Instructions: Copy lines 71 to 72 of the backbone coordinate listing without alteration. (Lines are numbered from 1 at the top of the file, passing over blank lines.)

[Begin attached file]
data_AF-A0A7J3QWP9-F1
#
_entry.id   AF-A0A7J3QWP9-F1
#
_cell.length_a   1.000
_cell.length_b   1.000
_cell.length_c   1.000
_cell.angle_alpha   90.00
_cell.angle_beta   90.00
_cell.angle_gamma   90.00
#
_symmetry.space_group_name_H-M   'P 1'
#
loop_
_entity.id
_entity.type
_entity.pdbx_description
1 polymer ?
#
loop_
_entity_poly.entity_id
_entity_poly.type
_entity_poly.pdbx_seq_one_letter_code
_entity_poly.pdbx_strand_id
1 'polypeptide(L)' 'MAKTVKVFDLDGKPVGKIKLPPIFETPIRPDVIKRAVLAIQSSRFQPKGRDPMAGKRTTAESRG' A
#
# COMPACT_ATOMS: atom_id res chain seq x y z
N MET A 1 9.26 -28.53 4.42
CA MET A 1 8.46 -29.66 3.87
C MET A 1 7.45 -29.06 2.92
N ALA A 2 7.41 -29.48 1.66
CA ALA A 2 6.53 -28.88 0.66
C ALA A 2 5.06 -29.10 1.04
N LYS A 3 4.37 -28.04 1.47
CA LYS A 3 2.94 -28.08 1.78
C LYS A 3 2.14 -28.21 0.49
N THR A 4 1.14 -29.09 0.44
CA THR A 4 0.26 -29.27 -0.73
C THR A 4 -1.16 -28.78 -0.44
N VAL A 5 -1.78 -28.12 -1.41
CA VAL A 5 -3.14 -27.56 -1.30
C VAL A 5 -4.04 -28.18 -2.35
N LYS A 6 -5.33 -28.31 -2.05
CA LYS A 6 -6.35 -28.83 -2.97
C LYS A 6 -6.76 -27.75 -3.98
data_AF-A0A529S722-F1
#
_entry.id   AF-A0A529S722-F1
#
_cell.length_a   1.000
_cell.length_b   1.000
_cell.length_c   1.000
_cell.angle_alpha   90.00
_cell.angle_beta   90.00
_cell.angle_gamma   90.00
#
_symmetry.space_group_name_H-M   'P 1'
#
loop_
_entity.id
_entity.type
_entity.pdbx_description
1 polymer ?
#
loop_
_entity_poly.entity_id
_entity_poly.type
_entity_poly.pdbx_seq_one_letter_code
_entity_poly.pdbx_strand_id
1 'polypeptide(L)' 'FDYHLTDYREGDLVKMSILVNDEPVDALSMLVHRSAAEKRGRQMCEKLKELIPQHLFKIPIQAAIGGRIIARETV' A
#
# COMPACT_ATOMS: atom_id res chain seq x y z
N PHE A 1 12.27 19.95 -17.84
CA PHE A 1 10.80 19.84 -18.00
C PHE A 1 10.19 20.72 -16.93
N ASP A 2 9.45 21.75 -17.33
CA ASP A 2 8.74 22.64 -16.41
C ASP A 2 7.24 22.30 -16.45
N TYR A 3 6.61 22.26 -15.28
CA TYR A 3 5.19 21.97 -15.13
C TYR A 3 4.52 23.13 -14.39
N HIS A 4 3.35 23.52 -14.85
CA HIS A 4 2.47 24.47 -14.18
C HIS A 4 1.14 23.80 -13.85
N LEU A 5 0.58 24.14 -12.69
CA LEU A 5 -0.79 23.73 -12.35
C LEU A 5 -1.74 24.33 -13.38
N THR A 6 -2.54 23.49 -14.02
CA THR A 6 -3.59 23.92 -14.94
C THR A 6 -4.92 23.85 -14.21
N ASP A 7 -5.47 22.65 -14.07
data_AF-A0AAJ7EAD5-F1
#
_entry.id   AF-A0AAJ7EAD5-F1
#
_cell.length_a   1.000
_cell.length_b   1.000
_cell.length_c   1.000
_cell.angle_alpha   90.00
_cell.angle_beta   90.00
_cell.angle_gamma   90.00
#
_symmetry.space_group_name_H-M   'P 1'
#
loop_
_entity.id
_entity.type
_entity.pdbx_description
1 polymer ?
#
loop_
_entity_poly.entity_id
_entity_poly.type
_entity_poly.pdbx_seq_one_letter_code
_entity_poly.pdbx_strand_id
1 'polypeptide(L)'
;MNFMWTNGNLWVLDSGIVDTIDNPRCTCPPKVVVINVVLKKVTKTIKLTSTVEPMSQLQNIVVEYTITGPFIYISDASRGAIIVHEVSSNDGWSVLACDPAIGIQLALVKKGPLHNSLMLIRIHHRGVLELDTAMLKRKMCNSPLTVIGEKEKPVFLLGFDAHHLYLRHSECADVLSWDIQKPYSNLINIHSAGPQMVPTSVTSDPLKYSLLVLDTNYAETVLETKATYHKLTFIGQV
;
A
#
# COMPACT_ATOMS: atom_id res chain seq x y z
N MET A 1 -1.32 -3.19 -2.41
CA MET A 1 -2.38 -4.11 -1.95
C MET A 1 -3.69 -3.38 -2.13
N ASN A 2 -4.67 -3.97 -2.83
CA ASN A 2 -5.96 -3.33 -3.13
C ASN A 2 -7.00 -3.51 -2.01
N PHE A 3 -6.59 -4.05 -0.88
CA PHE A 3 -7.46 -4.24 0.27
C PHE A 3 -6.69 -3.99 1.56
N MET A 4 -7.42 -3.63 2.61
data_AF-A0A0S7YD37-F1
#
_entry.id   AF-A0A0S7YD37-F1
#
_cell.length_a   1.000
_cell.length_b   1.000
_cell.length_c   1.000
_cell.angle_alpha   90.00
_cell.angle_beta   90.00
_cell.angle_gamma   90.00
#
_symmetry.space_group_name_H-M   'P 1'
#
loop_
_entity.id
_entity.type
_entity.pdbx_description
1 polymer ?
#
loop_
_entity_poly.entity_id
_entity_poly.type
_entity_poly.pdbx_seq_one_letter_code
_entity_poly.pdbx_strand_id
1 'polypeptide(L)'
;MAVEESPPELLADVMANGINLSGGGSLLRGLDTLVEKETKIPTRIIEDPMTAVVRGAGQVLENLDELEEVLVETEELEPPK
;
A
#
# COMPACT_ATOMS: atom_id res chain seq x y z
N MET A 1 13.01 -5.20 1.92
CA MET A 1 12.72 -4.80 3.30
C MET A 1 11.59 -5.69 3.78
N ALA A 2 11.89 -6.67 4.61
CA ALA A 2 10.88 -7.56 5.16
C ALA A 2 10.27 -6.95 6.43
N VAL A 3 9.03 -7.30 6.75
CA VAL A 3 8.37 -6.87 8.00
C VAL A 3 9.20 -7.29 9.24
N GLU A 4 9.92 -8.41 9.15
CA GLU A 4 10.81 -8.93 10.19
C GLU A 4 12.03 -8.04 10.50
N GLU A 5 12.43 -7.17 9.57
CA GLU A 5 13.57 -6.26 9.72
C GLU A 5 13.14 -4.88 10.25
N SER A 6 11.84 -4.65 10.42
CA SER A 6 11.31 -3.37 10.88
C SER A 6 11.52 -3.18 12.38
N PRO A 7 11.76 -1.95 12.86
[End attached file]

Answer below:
#
# COMPACT_ATOMS: atom_id res chain seq x y z